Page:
Backing up to requirements management, it’s disappointing how much may be involved even to capture a simple tree of requirement statements, and then to drive them through a change process to downstream activities, where we need to remember and keep track what each element is responsible for accomplishing.
It’s troubling that a separate class of tool like requirements management is even necessary. These are data structures of minimal to moderate complexity, which general-purpose data management systems should be perfectly capable of managing, with a bonus of dictionary-controlled content and lots of other standard services.
One of the main points I’d like to make is that we need to democratize the sharing of product development collaboration data. That's all that model-based systems engineering really is. It’s not the deeper analysis, simulation, and design models that actually know something about their respective domains. Systems engineering provides a glue that can tie all the other models together into an overall systems context.
We can’t scatter the systems engineering data across multiple tools that slice and fragment their coverage in all kinds of disjointed ways. We shouldn’t allow the fact we’re working in engineering to obscure the structure of the needed data elements, which are simple enough in their own right. We need to ensure that everyone in an organization is driven by a shared blackboard of a common system architecture.
I could stop here and be happy with I've covered, but let's go on to some additional wishes to expand the range of models that add value to the definition of whole-product systems.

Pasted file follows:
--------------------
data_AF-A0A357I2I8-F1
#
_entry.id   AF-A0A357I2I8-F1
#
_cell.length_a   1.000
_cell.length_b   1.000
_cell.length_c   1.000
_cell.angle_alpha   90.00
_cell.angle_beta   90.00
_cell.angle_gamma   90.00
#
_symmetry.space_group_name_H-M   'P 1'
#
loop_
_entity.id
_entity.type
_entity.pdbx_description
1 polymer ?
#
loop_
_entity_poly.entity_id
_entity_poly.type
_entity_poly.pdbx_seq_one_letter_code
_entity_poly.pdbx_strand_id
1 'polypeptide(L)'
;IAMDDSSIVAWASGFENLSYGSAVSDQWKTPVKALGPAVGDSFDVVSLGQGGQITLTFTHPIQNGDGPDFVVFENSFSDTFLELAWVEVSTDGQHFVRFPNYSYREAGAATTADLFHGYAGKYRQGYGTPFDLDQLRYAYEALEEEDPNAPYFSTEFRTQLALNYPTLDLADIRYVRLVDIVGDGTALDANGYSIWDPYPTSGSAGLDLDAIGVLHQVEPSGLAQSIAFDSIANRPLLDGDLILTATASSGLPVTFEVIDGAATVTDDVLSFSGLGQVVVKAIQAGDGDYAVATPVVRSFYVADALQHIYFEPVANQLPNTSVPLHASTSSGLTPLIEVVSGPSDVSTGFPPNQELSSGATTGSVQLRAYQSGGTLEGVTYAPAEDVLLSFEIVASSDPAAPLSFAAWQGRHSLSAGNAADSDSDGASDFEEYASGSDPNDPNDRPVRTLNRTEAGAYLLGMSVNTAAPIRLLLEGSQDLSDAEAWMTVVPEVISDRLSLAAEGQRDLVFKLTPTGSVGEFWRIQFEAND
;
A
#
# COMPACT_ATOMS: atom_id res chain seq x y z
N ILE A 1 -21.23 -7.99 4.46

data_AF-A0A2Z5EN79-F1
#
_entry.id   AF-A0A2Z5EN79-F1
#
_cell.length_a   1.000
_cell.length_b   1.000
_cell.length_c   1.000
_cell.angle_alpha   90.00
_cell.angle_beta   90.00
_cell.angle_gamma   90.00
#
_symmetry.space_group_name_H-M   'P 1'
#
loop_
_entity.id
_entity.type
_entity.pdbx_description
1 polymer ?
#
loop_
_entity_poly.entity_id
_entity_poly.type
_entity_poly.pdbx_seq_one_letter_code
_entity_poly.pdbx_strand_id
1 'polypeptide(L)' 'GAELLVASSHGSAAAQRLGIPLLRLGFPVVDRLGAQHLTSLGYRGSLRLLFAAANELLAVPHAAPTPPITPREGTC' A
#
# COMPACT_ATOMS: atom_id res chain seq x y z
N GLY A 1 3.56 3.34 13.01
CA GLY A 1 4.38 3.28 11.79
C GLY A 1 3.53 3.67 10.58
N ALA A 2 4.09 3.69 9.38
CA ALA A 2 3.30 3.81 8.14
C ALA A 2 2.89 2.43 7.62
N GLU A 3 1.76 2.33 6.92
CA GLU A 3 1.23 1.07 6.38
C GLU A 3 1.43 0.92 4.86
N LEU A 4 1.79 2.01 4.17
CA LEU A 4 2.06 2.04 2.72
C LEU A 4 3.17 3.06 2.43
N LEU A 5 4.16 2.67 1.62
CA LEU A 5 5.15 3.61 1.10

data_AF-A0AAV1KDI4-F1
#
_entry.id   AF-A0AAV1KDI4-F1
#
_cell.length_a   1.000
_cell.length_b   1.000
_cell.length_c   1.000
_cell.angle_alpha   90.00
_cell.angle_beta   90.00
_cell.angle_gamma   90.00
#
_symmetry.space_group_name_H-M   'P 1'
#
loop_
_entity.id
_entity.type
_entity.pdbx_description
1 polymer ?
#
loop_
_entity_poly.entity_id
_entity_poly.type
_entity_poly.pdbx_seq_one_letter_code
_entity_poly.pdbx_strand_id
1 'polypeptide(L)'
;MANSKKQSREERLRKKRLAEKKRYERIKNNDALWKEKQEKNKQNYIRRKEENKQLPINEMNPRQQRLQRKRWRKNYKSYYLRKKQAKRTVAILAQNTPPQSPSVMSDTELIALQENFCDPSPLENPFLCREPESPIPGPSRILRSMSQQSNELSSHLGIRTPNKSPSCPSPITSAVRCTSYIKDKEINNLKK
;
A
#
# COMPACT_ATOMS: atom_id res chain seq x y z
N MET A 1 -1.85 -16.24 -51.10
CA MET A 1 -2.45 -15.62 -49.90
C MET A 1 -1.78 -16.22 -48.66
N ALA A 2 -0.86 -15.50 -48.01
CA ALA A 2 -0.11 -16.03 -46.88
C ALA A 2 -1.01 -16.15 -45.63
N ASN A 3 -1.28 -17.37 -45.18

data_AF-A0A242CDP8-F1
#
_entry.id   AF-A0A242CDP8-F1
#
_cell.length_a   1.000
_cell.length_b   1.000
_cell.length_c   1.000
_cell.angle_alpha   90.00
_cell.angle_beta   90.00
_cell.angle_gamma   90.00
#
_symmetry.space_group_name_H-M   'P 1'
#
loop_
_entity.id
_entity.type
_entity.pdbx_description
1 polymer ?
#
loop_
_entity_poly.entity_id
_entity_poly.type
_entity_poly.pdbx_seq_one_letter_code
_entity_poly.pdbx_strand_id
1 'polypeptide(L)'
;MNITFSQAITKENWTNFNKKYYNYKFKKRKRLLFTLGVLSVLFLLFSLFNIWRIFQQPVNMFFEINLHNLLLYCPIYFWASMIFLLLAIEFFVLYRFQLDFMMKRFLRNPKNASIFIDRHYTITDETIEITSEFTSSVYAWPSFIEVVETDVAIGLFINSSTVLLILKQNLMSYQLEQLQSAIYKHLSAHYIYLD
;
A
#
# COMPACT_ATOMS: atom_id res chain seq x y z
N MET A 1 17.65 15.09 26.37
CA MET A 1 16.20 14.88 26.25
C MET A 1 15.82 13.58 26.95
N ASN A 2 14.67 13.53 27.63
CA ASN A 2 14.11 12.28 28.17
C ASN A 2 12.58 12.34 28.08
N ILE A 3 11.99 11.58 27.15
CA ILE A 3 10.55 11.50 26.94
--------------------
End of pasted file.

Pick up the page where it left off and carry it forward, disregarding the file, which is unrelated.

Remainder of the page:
One of these is agent-based modeling [Ref Slides 35-38]. At last year's ASSESS kickoff, this was one of the topics I raised, to model the customer usage context in which our products are applied. We need to look at the population of actors who interact with our products, a continually shifting assortment of players who come and go.
I was one of the core developers of an early open-source toolkit for agent-based modeling called Swarm [Ref Slides 40-43]. It was one of the catalysts for agent-based models to become a core research method for complex adaptive systems, ranging from social systems to economics to biology.
I’m interested in restarting development of a Swarm-like simulation toolkit using some of the abstract layers I’ll talk about shortly. I think the dynamic populations and interactions of agent-based systems are essential to capture the real-world usage of our increasingly connected products.
[Ref Slides 47-48]. I was also a core architect of the parameteric modeling capabilities of SysML, which I think have untapped potential to capture both logical and algebraic constraints on the elements of a system. One of the encouraging trends in software development today is the emergence of functional programming from an academic hiding place to a visible and growing programming practice, in languages like Scala, Erlang, and Clojure.